c:/freescale/kds_1.1.1/toolchain/bin/../lib/gcc/arm-none-eabi/4.8.0/../../../../arm-none-eabi/bin/ld.exe: warning: -z multidefs ignored.

    Also, do you think KDS has a link order feature like CodeWarrior?
    Thank you,
    Sina

    Like

  2. Pingback: Using Kinetis Design Studio V3.0.0 with the Launchad 4.9-2015-q2 Release | MCU on Eclipse

  3. Pingback: Semihosting (again!) with NXP Kinetis SDK V2.0 | MCU on Eclipse

  4. Is the malloc() reentrant? If I use C++ new operator or other C++ functions or call malloc directly, and they are run in the same time, will this cause chaos? What can I do to ensure the thread safety?

    Like

  5. Hi Erich!

    Thanks for sharing, really useful post as we also were facing this issue.
    Two things I want to add: When saying “That check is fine in normal environment, but as our tasks (and stack pointer) is inside the heap, that test most likely will fail” – it’s not (only) related to that. I could have an RTOS which uses static stack allocation for tasks. I need to ensure that the context (i.e. stack) of the stack comes after the heap, otherwise the check will fail. So this check in newlib’s _sbrk takes the assumption that stack always comes after heap (also for non RTOS system a naive assumption)
    Second, avoiding the usage of explicit usage malloc() doesn’t avoid the implicit usage: newlib makes the non-thread safe stdlib APIs (like srand(), rand(), strtok()…) reentrant by adding a wrapper around it. This wrapper makes use of malloc(). So calling one of these APIs calls malloc implicitly.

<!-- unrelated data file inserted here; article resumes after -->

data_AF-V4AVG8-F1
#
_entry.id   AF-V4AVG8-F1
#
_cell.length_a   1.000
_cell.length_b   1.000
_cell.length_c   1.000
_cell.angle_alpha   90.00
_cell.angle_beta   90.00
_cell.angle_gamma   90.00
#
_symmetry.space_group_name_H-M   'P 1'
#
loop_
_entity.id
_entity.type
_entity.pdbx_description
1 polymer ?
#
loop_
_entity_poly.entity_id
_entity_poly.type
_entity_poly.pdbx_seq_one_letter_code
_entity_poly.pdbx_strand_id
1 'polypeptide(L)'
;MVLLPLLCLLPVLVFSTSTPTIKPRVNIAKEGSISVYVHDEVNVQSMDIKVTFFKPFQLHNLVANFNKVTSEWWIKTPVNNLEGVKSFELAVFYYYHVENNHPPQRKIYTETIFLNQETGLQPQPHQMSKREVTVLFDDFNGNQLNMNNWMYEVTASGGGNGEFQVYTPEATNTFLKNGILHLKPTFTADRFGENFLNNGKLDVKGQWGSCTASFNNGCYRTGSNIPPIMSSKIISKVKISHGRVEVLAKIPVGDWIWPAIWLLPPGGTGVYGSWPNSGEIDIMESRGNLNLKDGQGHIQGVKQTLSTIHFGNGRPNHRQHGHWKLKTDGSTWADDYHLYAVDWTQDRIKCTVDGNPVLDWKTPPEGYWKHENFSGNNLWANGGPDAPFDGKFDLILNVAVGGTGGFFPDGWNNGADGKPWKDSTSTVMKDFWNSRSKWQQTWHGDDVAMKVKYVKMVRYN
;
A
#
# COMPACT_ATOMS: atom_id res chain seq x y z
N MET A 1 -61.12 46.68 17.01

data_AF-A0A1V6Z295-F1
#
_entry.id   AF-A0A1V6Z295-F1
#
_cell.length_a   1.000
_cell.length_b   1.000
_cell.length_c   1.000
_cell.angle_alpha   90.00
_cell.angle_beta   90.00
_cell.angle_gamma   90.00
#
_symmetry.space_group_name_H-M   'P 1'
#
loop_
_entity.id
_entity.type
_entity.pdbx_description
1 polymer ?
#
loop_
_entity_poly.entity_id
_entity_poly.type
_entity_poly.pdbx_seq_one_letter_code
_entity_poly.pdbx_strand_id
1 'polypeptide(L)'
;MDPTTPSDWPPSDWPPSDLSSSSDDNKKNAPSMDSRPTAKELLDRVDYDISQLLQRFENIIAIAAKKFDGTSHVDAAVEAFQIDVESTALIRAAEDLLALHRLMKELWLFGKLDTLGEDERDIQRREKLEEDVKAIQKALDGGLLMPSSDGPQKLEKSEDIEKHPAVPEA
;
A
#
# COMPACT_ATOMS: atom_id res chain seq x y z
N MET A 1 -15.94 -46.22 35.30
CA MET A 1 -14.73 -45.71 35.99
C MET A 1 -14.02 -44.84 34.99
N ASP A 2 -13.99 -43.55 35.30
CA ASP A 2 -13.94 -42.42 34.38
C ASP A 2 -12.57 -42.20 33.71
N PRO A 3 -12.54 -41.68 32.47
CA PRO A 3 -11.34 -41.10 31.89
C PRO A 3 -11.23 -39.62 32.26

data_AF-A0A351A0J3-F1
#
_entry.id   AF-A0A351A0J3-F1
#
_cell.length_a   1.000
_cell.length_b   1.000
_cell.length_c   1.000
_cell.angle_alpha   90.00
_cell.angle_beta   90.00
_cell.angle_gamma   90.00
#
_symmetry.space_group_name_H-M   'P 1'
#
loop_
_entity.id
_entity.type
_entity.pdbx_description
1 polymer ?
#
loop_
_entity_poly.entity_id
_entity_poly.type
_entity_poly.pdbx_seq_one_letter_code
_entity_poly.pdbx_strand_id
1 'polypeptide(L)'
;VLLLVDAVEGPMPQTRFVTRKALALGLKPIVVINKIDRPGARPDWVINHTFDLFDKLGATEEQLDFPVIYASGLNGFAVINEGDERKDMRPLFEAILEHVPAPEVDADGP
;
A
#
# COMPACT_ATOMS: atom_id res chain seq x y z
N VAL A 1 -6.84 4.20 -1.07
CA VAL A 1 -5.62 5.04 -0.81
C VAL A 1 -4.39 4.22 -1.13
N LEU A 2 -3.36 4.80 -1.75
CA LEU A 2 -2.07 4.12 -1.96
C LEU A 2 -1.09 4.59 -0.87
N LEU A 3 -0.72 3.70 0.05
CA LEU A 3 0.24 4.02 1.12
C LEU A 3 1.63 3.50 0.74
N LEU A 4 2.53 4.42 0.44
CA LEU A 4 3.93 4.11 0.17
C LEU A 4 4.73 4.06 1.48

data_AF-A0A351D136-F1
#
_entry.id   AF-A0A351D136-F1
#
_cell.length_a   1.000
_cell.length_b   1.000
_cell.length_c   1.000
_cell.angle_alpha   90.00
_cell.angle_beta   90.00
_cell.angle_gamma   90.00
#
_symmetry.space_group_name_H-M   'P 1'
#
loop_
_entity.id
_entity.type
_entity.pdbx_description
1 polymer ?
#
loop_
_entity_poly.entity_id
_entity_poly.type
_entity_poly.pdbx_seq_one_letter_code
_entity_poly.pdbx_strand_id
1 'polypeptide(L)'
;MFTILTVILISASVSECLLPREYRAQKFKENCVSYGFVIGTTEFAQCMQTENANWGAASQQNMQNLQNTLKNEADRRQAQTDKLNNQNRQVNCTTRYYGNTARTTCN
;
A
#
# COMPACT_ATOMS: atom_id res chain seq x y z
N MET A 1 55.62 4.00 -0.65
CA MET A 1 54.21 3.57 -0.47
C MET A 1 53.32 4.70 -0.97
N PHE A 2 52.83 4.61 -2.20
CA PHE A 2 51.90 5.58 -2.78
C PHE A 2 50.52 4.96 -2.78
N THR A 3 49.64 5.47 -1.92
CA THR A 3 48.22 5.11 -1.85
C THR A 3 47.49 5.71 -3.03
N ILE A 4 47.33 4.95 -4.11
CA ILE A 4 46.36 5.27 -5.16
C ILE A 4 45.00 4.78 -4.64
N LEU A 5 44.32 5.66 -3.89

Like

    • Hi Christian,
      indeed, good points, thanks for sharing! That’s another reason to avoid these standard ANSI library API calls, and most embedded applications completely avoid usage of the ANSI library because of this. The ‘hack’ for this would be to wrap such calls to srand() etc from the tasks from where they get called.

      Like

  6. I have no heap fail msg now?!
    Is that a good solution? I don’t think so…

    It would be great to have a malloc that could report mem allocation errors.

    PS: the _sbrk function depends on linker flags: –specs= nosys.specs or rdimon.specs

    –basti

    Like

  7. Hi, erich

    Thanks for your sharing, It really solved my critical issue.
    And if some guys has this issue, i think you can define a data region behind heap, and then static allocate stack from this region, call xTaskCreateStack() to pass a static stack to a task.
    so the stack is always located after heap, then malloc() go through.

    /WX

    Like

What do you think?

Fill in your details below or click an icon to log in:

WordPress.com Logo

You are commenting using your WordPress.com account. Log Out /  Change )

Google+ photo

You are commenting using your Google+ account. Log Out /  Change )

Twitter picture

You are commenting using your Twitter account. Log Out /  Change )

Facebook photo

You are commenting using your Facebook account. Log Out /  Change )

w

Connecting to %s

This site uses Akismet to reduce spam. Learn how your comment data is processed.